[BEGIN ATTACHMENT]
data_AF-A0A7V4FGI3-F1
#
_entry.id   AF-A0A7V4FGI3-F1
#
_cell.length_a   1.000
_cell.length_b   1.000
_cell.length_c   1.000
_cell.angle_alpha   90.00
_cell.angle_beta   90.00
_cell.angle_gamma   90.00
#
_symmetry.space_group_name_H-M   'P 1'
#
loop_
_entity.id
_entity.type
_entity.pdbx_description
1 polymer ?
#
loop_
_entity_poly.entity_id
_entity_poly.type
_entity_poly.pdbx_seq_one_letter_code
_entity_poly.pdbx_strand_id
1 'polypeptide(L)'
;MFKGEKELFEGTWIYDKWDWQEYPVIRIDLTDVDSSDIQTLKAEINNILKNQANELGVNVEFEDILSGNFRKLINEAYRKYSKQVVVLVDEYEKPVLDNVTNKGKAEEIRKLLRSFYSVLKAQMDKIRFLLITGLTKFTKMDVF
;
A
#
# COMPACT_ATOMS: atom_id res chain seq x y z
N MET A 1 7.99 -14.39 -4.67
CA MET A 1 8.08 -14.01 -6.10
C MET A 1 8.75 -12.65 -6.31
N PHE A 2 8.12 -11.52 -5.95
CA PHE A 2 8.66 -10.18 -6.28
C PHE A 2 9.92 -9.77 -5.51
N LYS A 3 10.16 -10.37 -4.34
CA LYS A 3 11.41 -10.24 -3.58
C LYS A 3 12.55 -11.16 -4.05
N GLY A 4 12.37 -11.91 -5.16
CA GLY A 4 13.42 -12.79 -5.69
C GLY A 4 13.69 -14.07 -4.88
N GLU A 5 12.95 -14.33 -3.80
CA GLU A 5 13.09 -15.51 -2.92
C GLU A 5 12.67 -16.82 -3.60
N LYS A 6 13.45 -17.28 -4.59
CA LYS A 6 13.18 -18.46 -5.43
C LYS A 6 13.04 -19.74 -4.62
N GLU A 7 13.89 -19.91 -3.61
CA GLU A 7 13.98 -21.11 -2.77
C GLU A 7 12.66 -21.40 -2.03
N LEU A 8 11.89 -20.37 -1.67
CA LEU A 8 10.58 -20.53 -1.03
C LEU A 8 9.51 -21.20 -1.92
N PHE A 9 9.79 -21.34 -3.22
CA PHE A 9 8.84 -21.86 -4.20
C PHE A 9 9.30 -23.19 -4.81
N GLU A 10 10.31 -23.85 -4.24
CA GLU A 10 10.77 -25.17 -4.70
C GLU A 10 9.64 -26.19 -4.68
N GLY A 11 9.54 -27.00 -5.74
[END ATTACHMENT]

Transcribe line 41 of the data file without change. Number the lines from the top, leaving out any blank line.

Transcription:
CA GLY A 4 13.42 -12.79 -5.69